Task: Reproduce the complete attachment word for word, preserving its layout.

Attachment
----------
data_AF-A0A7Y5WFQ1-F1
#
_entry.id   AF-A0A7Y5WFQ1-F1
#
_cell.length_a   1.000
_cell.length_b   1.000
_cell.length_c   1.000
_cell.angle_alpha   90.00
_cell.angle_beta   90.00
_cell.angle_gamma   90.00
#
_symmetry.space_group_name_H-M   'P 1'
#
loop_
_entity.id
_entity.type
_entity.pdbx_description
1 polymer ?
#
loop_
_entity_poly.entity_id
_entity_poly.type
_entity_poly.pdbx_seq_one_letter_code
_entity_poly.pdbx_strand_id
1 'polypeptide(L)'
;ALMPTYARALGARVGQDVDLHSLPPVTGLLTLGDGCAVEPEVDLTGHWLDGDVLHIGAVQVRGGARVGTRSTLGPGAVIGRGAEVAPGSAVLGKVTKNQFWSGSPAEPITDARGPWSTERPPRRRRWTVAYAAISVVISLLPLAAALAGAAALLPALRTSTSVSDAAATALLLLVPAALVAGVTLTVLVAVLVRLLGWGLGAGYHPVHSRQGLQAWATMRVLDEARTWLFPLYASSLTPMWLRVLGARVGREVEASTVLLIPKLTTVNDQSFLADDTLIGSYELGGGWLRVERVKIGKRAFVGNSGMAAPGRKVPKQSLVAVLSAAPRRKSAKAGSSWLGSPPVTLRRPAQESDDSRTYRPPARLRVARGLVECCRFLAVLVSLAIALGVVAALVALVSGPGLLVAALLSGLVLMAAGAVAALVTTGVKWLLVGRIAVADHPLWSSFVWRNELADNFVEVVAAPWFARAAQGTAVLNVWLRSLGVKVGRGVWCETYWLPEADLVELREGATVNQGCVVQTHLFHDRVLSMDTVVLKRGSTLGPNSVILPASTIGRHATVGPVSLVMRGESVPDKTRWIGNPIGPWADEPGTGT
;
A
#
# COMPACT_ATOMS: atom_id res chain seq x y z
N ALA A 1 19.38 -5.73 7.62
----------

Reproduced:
data_AF-A0A7Y5WFQ1-F1
#
_entry.id   AF-A0A7Y5WFQ1-F1
#
_cell.length_a   1.000
_cell.length_b   1.000
_cell.length_c   1.000
_cell.angle_alpha   90.00
_cell.angle_beta   90.00
_cell.angle_gamma   90.00
#
_symmetry.space_group_name_H-M   'P 1'
#
loop_
_entity.id
_entity.type
_entity.pdbx_description
1 polymer ?
#
loop_
_entity_poly.entity_id
_entity_poly.type
_entity_poly.pdbx_seq_one_letter_code
_entity_poly.pdbx_strand_id
1 'polypeptide(L)'
;ALMPTYARALGARVGQDVDLHSLPPVTGLLTLGDGCAVEPEVDLTGHWLDGDVLHIGAVQVRGGARVGTRSTLGPGAVIGRGAEVAPGSAVLGKVTKNQFWSGSPAEPITDARGPWSTERPPRRRRWTVAYAAISVVISLLPLAAALAGAAALLPALRTSTSVSDAAATALLLLVPAALVAGVTLTVLVAVLVRLLGWGLGAGYHPVHSRQGLQAWATMRVLDEARTWLFPLYASSLTPMWLRVLGARVGREVEASTVLLIPKLTTVNDQSFLADDTLIGSYELGGGWLRVERVKIGKRAFVGNSGMAAPGRKVPKQSLVAVLSAAPRRKSAKAGSSWLGSPPVTLRRPAQESDDSRTYRPPARLRVARGLVECCRFLAVLVSLAIALGVVAALVALVSGPGLLVAALLSGLVLMAAGAVAALVTTGVKWLLVGRIAVADHPLWSSFVWRNELADNFVEVVAAPWFARAAQGTAVLNVWLRSLGVKVGRGVWCETYWLPEADLVELREGATVNQGCVVQTHLFHDRVLSMDTVVLKRGSTLGPNSVILPASTIGRHATVGPVSLVMRGESVPDKTRWIGNPIGPWADEPGTGT
;
A
#
# COMPACT_ATOMS: atom_id res chain seq x y z
N ALA A 1 19.38 -5.73 7.62